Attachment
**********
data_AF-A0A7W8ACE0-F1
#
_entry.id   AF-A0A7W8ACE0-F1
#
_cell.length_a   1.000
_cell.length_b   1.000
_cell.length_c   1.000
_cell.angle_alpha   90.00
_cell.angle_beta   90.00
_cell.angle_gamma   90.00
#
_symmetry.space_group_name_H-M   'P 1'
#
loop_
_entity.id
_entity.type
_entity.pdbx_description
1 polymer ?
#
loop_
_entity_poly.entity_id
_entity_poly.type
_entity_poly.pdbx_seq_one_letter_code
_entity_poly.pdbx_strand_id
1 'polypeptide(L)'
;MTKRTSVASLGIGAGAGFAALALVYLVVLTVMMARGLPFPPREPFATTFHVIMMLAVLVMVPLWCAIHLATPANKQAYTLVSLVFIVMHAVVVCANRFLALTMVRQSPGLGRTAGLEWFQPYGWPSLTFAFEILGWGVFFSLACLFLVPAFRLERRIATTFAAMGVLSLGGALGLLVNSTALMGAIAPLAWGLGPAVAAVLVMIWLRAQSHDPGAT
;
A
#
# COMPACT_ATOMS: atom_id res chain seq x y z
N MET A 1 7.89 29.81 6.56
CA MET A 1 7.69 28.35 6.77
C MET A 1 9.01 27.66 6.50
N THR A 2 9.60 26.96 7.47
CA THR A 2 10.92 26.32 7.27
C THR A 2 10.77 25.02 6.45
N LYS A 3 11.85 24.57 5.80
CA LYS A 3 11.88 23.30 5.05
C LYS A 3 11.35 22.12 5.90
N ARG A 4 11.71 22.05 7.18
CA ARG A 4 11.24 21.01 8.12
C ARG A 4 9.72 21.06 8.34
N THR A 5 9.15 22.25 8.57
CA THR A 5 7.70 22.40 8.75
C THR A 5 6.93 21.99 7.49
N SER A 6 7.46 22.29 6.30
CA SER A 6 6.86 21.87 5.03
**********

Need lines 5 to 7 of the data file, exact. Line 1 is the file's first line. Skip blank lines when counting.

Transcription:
_cell.length_a   1.000
_cell.length_b   1.000
_cell.length_c   1.000